Networking

Use tcpdump for network debugging


Tcpdump is an extremely useful network packet tracing system. While not as feature-rich as programs such as Wireshark, its packet "dump" output can be used as input by other programs to analyze the dump. In a pinch, and for network debugging, tcpdump works wonders.

For instance, if you were interested in viewing the incoming packets to port 80 in real-time, i.e., to see where packets were coming from or being sent to, you would use:

# tcpdump -i eth1 tcp port 80

This will monitor the interface eth1 for all traffic being sent to or from port 80. Suppose you suspect your system of high amounts of outbound traffic to other Web sites; you can tune this command further so that it only watches outbound traffic to port 80, ignoring all inbound traffic on port 80:

# tcpdump -i eth1 tcp dst port 80 and src host 192.168.0.10
tcpdump: verbose output suppressed, use -v or -vv for full protocol decode
listening on eth1, link-type EN10MB (Ethernet), capture size 96 bytes
15:23:02.435235 IP localsystem.47270 > frontal2.mandriva.com.http: S 1119588236:1119588236(0) win 5840 <mss 1460,sackOK,timestamp 5110073 0,nop,wscale 2>
15:23:02.603021 IP localsystem.47270 > frontal2.mandriva.com.http: . ack 2575114973 win 1460 <nop,nop,timestamp 5110114 53440877>
...

In the above example, the IP address 192.168.0.10 is the IP address associated with the interface eth1 on the system, and frontal2.mandriva.com is the remote address being contacted.

As you can see from the output, tcpdump provides a lot of information. If you don't need all the extraneous information and just want to see the connections directly, use:

# tcpdump -q -i eth1 tcp dst port 80 and src host 192.168.0.10
tcpdump: verbose output suppressed, use -v or -vv for full protocol decode
listening on eth1, link-type EN10MB (Ethernet), capture size 96 bytes
15:23:53.198419 IP localsystem.47271 > frontal2.mandriva.com.http: tcp 0
15:23:53.366309 IP localsystem.47271 > frontal2.mandriva.com.http: tcp 0
...

If you are only interested in IP addresses, use the -n option. This will not translate host or port numbers into names, so 192.168.0.10 would not be translated to "localsystem" (the hostname associated with the IP), and port 80 would not be translated to "http."

In a pinch, despite being a command-line tool, tcpdump can make network diagnosis and troubleshooting easy. The output can be dumped to a file for later analysis, or you can view it in real-time for quick on-the-job diagnostics. It uses a very flexible command line that allows you to fine-tune and customize exactly what packets you want to see. Tcpdump is typically included with every Linux distribution, although it may not be installed by default.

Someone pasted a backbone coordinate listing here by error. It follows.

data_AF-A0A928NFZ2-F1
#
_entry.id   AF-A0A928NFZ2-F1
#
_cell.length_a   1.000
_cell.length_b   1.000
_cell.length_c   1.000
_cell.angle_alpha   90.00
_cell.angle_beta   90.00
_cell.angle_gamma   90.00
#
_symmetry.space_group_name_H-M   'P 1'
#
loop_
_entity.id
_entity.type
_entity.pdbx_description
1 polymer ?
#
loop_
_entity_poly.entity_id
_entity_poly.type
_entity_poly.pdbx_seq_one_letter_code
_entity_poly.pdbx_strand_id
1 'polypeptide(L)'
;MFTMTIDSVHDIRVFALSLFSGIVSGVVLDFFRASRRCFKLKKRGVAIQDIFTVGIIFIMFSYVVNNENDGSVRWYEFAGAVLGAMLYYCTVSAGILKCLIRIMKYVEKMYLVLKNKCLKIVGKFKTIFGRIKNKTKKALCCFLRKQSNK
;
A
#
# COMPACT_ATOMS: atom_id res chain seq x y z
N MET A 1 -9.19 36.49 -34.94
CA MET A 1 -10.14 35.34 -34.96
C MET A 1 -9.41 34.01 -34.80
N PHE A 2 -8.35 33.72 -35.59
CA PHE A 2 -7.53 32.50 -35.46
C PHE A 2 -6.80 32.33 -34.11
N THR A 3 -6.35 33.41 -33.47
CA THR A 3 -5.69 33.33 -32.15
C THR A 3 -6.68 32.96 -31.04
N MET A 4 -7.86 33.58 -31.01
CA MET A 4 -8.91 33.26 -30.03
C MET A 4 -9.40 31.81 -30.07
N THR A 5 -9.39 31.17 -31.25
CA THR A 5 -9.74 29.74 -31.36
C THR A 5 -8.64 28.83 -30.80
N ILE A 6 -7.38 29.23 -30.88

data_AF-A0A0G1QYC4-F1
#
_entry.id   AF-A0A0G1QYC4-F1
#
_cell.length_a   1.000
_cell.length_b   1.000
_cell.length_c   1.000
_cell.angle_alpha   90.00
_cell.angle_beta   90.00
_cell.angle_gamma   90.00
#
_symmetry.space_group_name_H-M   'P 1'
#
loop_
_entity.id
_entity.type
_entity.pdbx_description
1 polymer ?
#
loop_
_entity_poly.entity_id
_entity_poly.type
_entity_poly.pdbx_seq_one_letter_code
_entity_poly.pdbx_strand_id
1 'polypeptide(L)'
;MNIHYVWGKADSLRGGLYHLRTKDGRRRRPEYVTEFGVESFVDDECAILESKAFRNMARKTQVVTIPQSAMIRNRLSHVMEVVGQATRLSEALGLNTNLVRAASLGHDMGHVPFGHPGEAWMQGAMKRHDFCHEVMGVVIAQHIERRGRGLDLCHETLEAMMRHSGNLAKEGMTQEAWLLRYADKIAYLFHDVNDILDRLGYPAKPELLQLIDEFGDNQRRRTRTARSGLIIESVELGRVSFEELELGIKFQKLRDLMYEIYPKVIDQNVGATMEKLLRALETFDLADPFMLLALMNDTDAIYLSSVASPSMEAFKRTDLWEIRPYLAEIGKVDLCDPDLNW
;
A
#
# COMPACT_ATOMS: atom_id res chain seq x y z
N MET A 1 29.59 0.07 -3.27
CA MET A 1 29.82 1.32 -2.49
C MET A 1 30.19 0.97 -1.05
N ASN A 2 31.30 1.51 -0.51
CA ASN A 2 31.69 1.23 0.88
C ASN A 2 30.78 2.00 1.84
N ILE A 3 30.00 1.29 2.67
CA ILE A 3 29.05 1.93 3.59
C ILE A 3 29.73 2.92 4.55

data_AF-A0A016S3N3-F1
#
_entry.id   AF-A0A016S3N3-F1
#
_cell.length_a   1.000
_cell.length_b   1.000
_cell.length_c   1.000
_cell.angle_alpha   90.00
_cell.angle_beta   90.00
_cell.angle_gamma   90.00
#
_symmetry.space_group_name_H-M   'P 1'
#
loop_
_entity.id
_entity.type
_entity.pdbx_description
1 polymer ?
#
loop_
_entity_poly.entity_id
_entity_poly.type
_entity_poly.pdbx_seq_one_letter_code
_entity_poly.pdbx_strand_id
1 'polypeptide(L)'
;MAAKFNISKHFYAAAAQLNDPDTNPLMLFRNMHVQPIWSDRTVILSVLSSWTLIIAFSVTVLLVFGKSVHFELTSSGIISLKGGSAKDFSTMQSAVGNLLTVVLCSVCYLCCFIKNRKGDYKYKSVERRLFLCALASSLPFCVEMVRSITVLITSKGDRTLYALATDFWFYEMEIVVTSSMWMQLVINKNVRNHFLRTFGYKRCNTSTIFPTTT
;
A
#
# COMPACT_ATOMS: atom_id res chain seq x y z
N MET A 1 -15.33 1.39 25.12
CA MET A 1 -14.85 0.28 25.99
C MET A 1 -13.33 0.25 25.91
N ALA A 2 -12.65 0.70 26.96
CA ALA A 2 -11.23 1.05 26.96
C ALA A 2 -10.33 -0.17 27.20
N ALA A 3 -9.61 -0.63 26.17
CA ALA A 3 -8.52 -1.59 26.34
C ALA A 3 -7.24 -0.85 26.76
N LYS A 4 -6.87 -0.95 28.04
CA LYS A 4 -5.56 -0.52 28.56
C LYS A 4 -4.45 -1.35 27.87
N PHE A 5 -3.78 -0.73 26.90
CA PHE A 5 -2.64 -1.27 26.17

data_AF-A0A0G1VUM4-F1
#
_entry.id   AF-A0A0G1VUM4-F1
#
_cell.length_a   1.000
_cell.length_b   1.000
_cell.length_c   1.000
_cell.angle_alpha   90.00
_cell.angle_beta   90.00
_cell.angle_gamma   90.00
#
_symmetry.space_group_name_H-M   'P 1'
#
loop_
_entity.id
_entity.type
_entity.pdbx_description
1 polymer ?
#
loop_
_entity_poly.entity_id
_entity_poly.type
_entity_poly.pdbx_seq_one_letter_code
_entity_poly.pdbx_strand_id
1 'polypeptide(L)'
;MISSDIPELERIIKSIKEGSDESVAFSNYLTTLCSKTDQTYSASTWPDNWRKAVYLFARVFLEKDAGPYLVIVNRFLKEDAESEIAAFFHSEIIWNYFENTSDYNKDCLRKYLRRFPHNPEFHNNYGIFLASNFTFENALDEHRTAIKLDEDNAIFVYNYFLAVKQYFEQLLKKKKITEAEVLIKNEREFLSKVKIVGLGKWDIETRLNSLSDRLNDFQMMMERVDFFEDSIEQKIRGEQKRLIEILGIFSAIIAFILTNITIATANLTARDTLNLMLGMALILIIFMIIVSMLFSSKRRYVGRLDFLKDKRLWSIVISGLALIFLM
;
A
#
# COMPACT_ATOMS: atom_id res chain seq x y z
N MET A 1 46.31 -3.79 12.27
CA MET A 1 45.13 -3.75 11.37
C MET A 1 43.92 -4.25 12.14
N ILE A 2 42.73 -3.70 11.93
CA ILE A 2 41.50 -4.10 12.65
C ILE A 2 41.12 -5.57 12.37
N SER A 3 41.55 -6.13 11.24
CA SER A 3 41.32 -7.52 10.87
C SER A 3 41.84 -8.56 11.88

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About

Vincent Danen works on the Red Hat Security Response Team and lives in Canada. He has been writing about and developing on Linux for over 10 years and is a veteran Mac user.

5 comments
gizeh1976
gizeh1976

Nice instructions, do you know which instruction I can use in order to send packets to my network from another terminal in order to detect them with the tcpdump commnad

jacksondkg
jacksondkg

Useful program and options. I have been using this tool for about two years, it has been very helpful. Show novice, how to install the program.

eranmann
eranmann

tshark, the command line version of wireshark (http://www.wireshark.org) provide much more comprehensive solution, including deep parsing of gazillions of protocols.

nils_pat
nils_pat

but it doesnt come by default. you have to install it specifically. If I am not making mistake i feel tcpdump comes with every os.

Photogenic Memory
Photogenic Memory

I didn't know I had this installed in my system. I thought I just had wireshark just for the GUI. I just typed "tshark" in Bash with no other paramters and it's recording so much detailed information about my system, the network, and all the packets it's encountering! Amazing and so much more verbose the tcpdump! In addition; IT'S EASIER TO UNDERSTAND!? Thank you for posting. P.S. All that needed now is to redirect the command out put to a text file bia > or >> amd it makes for a great read at your leisure.